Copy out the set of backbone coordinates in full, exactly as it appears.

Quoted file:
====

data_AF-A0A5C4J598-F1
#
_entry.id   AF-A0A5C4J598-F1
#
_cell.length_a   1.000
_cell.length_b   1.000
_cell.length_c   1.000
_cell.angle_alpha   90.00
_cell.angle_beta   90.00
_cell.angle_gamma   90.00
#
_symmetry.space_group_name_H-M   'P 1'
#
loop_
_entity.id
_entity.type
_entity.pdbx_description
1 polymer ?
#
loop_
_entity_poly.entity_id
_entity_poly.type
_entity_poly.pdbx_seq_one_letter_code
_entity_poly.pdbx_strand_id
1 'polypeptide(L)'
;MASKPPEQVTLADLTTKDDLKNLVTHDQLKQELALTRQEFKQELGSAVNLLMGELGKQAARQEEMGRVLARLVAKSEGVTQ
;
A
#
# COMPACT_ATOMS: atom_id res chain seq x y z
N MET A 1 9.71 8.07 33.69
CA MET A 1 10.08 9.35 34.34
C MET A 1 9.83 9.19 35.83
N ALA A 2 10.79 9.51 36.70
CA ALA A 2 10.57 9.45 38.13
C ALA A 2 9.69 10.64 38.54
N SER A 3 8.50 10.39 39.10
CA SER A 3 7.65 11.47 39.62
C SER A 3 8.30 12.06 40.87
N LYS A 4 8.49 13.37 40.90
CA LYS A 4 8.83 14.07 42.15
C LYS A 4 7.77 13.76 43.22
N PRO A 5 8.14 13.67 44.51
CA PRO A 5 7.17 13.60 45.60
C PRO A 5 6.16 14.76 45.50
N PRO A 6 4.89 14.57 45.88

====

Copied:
data_AF-A0A5C4J598-F1
#
_entry.id   AF-A0A5C4J598-F1
#
_cell.length_a   1.000
_cell.length_b   1.000
_cell.length_c   1.000
_cell.angle_alpha   90.00
_cell.angle_beta   90.00
_cell.angle_gamma   90.00
#
_symmetry.space_group_name_H-M   'P 1'
#
loop_
_entity.id
_entity.type
_entity.pdbx_description
1 polymer ?
#
loop_
_entity_poly.entity_id
_entity_poly.type
_entity_poly.pdbx_seq_one_letter_code
_entity_poly.pdbx_strand_id
1 'polypeptide(L)'
;MASKPPEQVTLADLTTKDDLKNLVTHDQLKQELALTRQEFKQELGSAVNLLMGELGKQAARQEEMGRVLARLVAKSEGVTQ
;
A
#
# COMPACT_ATOMS: atom_id res chain seq x y z
N MET A 1 9.71 8.07 33.69
CA MET A 1 10.08 9.35 34.34
C MET A 1 9.83 9.19 35.83
N ALA A 2 10.79 9.51 36.70
CA ALA A 2 10.57 9.45 38.13
C ALA A 2 9.69 10.64 38.54
N SER A 3 8.50 10.39 39.10
CA SER A 3 7.65 11.47 39.62
C SER A 3 8.30 12.06 40.87
N LYS A 4 8.49 13.37 40.90
CA LYS A 4 8.83 14.07 42.15
C LYS A 4 7.77 13.76 43.22
N PRO A 5 8.14 13.67 44.51
CA PRO A 5 7.17 13.60 45.60
C PRO A 5 6.16 14.76 45.50
N PRO A 6 4.89 14.57 45.88